He will be an actuary intern at Sentry Insurance in Stevens Point this summer.
A spotlight on UW-Stevens Point student research
In addition to Pulvermacher, five additional students are presenting as part of Research in the Rotunda, including:
- “Comparing Reproductive Traits and Viscin Threat Production in Selfing and Outcrossing Species of Clarkia,” by Megan Schimka, biology and French, and co-authors Frankie Will and Morgan Gibbs, biology
Schimka spent 15 hours a week over the summer working in a lab with pollen samples from the flowering plant, Clarkia. She compared self-mating plants to cross-pollinating species. Using the scanning electron microscope in the Chemistry Biology Building, she has been able to view the plant pollen threads at 5,000 times larger that actual size.
“No one’s studied this aspect,” she said. “We don’t know why the (viscin threads) are there.”
Gibbs and Will joined the project this semester and are collaborating with Schimka to image their samples and create pollen count data for Research in the Rotunda. The findings so far indicate that the Clarkia plant shows adaptive thinking traits in its reproduction.
- “The Fight to Tell History: Battles over the National History Standards in the 1990s,” by Kyle Beyersdorf, history and political science
Working with history professor and faculty-mentor Lee Willis, Beyersdorf examined the years-long development of the National History Standards in the 90s and the rifts that followed. The development was part of an educational reform measure passed on from President Bush to President Clinton’s administration in 1992.
His work details how the bipartisan set of standards fell under fire, in particular with the history in charge of standards, Gary Nash. Beyersdorf used historical narratives, newspaper articles and Nash’s book, “History on Trial: Culture Wars and the Teaching of the Past,” in his research. He will explain the arguments for standards made by both partisan sides and the outcomes, complicated by decades of two opposing perceptions of the best methods for teaching history.
Beyersdorf said his research will equip him as he prepares to start graduate study this fall. He is interested in a career as a higher education administrator.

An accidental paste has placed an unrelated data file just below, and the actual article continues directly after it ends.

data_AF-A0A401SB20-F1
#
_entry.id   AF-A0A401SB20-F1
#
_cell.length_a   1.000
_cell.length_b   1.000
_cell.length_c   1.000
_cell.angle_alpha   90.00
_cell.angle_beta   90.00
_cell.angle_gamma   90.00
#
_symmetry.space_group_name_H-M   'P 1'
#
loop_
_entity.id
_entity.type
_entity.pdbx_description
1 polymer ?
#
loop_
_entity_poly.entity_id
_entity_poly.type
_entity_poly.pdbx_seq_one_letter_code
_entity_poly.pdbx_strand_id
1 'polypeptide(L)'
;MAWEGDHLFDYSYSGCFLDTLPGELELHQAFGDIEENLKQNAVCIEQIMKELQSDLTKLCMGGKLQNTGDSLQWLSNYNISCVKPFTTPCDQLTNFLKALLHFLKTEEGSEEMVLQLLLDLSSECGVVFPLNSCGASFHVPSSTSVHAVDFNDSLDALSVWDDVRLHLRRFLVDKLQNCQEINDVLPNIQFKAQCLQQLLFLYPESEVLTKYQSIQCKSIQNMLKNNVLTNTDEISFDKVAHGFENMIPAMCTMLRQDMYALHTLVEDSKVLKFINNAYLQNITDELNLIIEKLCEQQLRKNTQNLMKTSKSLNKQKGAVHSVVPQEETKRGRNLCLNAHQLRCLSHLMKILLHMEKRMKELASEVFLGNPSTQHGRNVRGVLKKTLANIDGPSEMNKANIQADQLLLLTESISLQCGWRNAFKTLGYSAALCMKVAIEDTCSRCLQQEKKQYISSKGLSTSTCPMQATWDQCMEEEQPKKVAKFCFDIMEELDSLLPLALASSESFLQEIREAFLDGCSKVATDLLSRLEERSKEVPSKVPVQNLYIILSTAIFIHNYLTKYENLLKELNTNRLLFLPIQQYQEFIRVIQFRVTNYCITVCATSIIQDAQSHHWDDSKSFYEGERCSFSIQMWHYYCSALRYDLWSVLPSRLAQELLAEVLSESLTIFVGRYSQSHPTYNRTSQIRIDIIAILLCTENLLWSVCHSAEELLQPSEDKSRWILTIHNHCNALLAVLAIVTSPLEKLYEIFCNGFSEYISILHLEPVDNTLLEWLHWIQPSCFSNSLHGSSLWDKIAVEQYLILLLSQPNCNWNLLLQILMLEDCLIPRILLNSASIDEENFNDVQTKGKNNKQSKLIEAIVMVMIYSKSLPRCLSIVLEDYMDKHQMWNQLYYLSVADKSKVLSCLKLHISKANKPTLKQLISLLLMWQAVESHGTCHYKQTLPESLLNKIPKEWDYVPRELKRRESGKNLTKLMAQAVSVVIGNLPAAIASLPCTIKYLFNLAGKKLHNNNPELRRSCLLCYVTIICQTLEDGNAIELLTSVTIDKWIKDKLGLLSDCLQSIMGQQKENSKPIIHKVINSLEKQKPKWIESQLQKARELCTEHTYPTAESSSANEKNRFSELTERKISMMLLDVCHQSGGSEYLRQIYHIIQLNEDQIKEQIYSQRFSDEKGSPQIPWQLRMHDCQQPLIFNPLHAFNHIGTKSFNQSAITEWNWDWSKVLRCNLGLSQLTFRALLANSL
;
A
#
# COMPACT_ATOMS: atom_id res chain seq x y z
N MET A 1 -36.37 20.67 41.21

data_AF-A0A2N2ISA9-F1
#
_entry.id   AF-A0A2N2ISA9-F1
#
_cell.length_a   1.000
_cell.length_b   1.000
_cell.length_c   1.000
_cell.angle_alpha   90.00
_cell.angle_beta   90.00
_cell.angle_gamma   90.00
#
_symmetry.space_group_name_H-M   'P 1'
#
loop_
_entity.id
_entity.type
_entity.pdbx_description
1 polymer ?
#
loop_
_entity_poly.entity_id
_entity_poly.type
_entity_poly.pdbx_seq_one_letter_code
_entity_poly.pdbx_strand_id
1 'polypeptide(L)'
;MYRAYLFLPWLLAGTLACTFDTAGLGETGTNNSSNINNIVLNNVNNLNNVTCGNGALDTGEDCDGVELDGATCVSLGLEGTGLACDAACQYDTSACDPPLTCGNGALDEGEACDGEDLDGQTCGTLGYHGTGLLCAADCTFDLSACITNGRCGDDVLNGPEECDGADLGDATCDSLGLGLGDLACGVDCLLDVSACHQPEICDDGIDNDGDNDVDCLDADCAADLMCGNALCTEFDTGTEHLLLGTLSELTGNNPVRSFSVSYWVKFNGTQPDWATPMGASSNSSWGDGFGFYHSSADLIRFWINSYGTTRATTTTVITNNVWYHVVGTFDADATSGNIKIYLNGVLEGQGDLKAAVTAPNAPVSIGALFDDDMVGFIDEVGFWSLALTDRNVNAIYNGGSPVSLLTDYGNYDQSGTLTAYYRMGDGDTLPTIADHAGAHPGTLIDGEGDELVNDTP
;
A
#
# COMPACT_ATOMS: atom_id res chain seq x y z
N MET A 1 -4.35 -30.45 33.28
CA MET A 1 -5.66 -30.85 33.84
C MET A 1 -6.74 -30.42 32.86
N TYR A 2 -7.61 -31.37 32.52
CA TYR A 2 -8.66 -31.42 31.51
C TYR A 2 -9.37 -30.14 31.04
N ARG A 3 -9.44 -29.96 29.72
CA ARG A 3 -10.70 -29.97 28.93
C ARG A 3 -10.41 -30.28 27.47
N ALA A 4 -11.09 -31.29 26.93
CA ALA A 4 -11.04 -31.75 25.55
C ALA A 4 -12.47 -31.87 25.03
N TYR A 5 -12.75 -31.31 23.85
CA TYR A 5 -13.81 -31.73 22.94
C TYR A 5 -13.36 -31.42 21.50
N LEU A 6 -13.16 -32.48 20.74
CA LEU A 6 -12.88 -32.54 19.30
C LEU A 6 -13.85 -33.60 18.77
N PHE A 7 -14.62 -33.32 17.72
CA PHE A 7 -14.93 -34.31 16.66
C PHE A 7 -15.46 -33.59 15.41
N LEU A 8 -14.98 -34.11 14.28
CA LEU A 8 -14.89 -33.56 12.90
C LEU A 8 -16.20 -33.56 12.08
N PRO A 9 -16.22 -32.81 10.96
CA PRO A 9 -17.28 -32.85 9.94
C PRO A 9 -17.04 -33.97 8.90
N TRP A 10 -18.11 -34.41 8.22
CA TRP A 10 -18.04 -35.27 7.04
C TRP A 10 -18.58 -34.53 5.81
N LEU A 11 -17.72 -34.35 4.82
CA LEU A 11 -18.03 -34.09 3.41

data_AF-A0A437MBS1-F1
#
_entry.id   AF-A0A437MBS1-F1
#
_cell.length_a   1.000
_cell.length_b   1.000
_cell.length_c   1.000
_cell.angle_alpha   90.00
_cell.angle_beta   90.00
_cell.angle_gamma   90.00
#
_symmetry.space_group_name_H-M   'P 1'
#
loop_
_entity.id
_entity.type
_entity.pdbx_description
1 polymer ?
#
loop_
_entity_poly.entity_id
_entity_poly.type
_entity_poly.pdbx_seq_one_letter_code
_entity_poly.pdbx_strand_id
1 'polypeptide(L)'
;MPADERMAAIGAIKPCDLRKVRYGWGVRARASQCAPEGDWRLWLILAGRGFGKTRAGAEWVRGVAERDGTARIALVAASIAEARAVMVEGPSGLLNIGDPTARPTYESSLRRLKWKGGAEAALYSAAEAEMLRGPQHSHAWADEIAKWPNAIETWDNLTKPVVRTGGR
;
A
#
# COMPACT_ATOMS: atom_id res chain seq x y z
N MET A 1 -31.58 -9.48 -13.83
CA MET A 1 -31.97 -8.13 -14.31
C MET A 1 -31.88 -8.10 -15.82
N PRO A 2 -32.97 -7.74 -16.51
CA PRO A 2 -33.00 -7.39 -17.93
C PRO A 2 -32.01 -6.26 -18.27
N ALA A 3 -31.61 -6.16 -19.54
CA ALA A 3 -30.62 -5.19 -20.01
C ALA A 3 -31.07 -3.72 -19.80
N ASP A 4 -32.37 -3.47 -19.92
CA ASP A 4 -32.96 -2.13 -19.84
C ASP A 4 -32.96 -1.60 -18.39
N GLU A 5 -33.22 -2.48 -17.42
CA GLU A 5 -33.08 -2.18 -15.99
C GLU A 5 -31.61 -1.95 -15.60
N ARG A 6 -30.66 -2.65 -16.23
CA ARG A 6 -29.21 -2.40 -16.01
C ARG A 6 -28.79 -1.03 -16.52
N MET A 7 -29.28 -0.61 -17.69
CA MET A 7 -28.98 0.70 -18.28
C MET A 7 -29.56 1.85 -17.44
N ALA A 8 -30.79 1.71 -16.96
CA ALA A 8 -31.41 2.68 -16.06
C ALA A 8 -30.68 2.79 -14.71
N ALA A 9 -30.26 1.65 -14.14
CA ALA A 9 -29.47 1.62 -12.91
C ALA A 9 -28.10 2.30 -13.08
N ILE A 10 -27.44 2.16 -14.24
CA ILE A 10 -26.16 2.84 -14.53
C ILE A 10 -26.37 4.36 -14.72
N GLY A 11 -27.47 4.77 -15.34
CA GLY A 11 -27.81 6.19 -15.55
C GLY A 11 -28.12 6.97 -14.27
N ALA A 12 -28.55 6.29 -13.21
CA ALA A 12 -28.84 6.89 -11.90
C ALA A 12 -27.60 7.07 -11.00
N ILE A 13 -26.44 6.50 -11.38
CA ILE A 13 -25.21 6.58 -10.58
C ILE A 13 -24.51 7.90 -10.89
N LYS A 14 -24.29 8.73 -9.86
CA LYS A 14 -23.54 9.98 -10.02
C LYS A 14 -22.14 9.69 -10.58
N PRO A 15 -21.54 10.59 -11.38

- “Initial Insights on the Thermal Ecology of Lake Whitefish in Northwestern Lake Michigan,” by Kayla Reed, fisheries and water resources
Reed studied the effects of climate-related changes in water temperature on lake whitefish. Archival temperature loggers were implanted into 400 lake whitefish from northwestern Lake Michigan, including Green Bay, in 2017. The analysis shows that these whitefish show some tolerance for warmer water, which can me used as a baseline for future work aimed at determining how lake whitefish habitat availability may change in the future.
- “Composting Deactivation of Chronic Wasting Disease Prions: Final Results,” by Amber Smith, wildlife ecology and management
Smith took part in a research project that studied the effect of composting on deer infected with chronic wasting disease (CWD). The prions that cause the infection and could transfer to animals or humans could become inactive through the composting process through high temperatures and microorganisms. Several composting methods were used to create an unstable habitat for pathogen survival. Findings suggest that static compost piles did not completely break down the CWD prion.
- “An Exploration of General Music Curricula Throughout Our Region,” by Alex St. Louis, a music education
Louis’ research was to define the curricula differences between general music classes in the state of Wisconsin. He surveyed several general music teachers around the state to ask them to outline their curricula, if it was state mandated and what activities were most useful to their students. His findings pose a concern that teachers without a curriculum are guessing about what they should be teaching.